Monday, February 17, 2014

Book Review: Anything That Moves by Dana Goodyear

You may have noticed, Reader Friends, that I seem to be in a bit of a blogging slump right now.  I'm reading plenty, I just can't seem to motivate myself to post as much.  In an attempt to get things jump started, I'm going to go back to using Goodreads summaries instead of trying to come up with my own.

From Goodreads:
A new American cuisine is forming. Animals never before considered or long since forgotten are emerging as delicacies. Parts that used to be for scrap are centerpieces. Ash and hay are fashionable ingredients, and you pay handsomely to breathe flavored air. Going out to a nice dinner now often precipitates a confrontation with a fundamental question: Is that food?

Dana Goodyear’s anticipated debut, Anything That Moves, is simultaneously a humorous adventure, a behind-the-scenes look at, and an attempt to understand the implications of the way we eat. This is a universe populated by insect-eaters and blood drinkers, avant-garde chefs who make food out of roadside leaves and wood, and others who serve endangered species and Schedule I drugs—a cast of characters, in other words, who flirt with danger, taboo, and disgust in pursuit of the sublime.
Perfection.  Goodyear is a staff writer for the New Yorker, and has published a few collections of poetry, but this is her debut work of non-fiction.  Despite it being her first book, you can tell that she has quite a bit of experience as a journalist.  I also loved how willing she was to get into the spirit of her book - she didn't just report on the world of adventurous eating, she participated (where she could - during parts of the book she was pregnant and unable to eat some of the unregulated or unsafe items she describes).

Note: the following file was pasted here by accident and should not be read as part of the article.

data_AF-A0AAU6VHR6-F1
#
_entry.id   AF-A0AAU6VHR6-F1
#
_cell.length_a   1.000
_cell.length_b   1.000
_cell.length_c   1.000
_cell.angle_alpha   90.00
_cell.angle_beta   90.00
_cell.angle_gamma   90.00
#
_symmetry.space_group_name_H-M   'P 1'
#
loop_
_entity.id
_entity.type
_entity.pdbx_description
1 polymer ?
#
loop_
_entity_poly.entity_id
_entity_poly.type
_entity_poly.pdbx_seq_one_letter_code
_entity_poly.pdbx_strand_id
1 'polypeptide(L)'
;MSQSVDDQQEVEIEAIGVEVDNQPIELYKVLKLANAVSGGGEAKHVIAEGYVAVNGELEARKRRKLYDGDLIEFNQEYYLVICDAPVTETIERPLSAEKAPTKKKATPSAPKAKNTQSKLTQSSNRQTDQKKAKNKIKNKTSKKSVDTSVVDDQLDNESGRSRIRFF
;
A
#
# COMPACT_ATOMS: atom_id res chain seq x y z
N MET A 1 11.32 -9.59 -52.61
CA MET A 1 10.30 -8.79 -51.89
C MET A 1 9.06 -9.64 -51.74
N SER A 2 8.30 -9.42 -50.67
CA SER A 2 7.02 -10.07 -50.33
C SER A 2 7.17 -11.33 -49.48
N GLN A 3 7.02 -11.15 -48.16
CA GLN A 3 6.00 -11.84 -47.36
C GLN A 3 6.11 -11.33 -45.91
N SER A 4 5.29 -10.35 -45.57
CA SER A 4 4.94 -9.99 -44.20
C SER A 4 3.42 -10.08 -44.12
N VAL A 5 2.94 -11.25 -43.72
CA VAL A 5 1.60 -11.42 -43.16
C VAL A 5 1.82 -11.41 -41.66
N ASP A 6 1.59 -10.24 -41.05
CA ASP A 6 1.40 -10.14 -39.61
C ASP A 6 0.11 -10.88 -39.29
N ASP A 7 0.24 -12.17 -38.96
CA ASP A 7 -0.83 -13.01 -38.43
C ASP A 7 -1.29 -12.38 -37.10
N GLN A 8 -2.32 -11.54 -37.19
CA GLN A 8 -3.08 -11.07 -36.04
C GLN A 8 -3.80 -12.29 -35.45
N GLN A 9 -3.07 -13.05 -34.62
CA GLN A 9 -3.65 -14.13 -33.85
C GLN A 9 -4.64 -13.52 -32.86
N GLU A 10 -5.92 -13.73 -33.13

Entertainment Value
Again, I loved it.  I thought it was the perfect mixture of humor, research, and anecdotes from Goodyear's tour of unusual cuisine.  I'm not typically a reader of food books (I have some Bourdain but haven't read him yet), but I do enjoy the occasional episode of Andrew Zimern's Bizarre Foods.  This reminded me a lot of that show, although the focus here is on food in America.  I'm not in the least squeamish, but I can imagine that some of these food descriptions may bother those with more delicate stomachs.

I really enjoyed this book and the author's style and sense of humor.  She reminded me of a Mary Roach for the foodie world.  I'll be watching for her next book.  If you are a foodie, if you like the idea of crazy foods, or if you're a fan of Mary Roach, this is a great choice for you.


  1. I think I'm going to have to give this one a try. Don't worry about using the Goodreads summaries...that's normally what I use!

  2. Ditto on the GR summaries, I have no shame about using those! :)

    I thought this book was great too. I am dying to eat at Wolvesmouth! Wish there was something like that a little closer to home...